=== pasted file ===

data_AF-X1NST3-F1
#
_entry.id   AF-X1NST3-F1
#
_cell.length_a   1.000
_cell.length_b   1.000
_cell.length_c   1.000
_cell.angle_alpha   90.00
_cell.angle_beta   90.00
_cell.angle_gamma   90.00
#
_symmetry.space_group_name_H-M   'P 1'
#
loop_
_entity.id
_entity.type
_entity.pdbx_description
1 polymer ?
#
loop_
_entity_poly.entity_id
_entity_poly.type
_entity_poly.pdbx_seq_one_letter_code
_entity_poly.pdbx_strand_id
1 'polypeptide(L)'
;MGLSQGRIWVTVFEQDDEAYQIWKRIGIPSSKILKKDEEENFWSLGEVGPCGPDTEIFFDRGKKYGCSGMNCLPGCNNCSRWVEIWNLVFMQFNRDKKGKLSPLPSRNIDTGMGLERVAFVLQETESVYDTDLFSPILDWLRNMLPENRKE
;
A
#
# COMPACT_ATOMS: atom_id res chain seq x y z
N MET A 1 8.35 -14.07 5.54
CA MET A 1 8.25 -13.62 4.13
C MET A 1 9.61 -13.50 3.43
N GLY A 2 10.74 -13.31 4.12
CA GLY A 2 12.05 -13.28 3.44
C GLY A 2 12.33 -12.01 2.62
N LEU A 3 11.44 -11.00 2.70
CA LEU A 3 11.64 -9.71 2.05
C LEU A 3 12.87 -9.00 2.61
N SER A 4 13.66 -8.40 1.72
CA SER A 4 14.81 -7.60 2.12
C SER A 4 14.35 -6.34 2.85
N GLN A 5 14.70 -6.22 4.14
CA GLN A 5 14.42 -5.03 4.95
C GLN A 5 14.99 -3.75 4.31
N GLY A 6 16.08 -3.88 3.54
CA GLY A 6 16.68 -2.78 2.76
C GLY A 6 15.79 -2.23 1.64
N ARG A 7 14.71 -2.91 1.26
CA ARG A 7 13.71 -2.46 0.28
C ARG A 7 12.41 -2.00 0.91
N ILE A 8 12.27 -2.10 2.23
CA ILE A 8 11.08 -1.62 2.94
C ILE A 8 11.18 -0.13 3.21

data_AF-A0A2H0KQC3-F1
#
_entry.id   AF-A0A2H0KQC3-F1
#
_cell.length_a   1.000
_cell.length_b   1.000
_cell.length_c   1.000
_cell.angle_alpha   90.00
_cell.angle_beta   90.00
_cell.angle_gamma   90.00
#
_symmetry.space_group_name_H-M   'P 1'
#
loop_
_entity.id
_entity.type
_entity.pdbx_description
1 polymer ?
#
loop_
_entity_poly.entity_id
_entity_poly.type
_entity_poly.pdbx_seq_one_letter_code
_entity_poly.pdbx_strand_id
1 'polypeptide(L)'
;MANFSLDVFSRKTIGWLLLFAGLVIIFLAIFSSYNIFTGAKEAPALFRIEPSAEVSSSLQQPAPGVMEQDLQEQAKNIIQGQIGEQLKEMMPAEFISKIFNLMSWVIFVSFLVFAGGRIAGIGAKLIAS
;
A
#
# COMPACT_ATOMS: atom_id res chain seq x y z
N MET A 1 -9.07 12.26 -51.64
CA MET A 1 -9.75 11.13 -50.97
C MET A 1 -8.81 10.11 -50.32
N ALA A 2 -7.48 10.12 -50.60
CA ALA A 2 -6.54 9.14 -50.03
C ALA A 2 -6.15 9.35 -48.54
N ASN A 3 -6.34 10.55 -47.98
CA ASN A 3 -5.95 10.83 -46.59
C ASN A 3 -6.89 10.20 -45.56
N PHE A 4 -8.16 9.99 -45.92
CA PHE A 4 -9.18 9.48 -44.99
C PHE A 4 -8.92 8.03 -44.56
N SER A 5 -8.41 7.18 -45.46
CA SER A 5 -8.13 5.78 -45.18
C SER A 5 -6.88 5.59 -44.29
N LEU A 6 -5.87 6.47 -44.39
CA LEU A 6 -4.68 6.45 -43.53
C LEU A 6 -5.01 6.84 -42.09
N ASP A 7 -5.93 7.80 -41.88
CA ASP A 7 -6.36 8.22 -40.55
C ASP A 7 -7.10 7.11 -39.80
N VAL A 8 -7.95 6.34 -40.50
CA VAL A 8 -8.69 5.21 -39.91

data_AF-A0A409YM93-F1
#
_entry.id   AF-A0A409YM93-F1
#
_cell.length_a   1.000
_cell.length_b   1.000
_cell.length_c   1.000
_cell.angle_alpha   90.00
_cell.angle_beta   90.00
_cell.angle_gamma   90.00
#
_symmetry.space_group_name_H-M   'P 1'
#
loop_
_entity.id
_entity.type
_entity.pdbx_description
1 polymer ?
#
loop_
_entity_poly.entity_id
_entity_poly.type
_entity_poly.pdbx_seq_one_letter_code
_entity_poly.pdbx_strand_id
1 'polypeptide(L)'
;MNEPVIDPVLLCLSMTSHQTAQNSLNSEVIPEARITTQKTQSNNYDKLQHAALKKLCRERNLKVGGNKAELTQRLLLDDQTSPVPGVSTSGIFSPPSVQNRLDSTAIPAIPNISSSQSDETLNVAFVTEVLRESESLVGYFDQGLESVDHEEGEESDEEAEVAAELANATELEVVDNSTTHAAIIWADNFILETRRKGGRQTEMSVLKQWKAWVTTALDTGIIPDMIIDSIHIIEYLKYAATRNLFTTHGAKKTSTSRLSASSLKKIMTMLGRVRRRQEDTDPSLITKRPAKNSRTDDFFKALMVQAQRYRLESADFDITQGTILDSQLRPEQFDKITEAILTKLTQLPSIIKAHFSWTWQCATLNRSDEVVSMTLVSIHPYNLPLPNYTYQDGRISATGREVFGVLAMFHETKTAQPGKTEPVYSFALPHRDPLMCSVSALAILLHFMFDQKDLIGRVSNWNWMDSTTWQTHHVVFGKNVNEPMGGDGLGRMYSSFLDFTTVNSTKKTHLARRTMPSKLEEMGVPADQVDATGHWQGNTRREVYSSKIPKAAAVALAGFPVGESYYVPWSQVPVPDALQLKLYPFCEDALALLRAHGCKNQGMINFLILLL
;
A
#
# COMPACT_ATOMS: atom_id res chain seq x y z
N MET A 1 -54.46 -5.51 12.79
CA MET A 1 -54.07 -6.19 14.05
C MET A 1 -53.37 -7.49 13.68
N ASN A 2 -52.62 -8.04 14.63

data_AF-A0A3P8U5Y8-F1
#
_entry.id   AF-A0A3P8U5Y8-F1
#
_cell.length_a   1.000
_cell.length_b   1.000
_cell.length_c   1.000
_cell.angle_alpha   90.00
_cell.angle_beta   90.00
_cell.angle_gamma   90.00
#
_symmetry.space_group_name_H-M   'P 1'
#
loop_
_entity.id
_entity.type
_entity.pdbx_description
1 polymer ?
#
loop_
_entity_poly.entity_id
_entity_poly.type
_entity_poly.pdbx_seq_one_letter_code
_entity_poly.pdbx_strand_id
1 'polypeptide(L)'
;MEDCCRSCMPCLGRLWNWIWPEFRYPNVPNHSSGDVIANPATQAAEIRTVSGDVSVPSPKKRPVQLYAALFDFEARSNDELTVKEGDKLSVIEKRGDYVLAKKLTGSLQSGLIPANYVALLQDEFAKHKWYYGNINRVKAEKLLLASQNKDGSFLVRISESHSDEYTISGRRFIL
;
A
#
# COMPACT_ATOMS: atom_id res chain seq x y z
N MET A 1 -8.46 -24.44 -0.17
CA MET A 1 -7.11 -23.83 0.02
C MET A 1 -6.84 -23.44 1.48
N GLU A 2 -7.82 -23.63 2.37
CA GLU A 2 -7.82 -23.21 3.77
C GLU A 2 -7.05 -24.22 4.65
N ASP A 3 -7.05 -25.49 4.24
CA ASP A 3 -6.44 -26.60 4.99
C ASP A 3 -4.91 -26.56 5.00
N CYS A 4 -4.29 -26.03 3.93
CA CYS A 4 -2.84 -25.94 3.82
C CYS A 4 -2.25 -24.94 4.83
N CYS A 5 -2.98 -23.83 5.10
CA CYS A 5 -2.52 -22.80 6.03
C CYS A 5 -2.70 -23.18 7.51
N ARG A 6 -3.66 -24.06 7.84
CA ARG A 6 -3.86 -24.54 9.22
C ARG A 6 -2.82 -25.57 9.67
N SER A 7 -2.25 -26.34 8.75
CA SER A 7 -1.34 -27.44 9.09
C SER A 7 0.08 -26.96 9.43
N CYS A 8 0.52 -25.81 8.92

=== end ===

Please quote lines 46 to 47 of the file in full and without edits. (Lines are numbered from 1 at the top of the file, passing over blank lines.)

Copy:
N GLY A 6 16.08 -3.88 3.54
CA GLY A 6 16.68 -2.78 2.76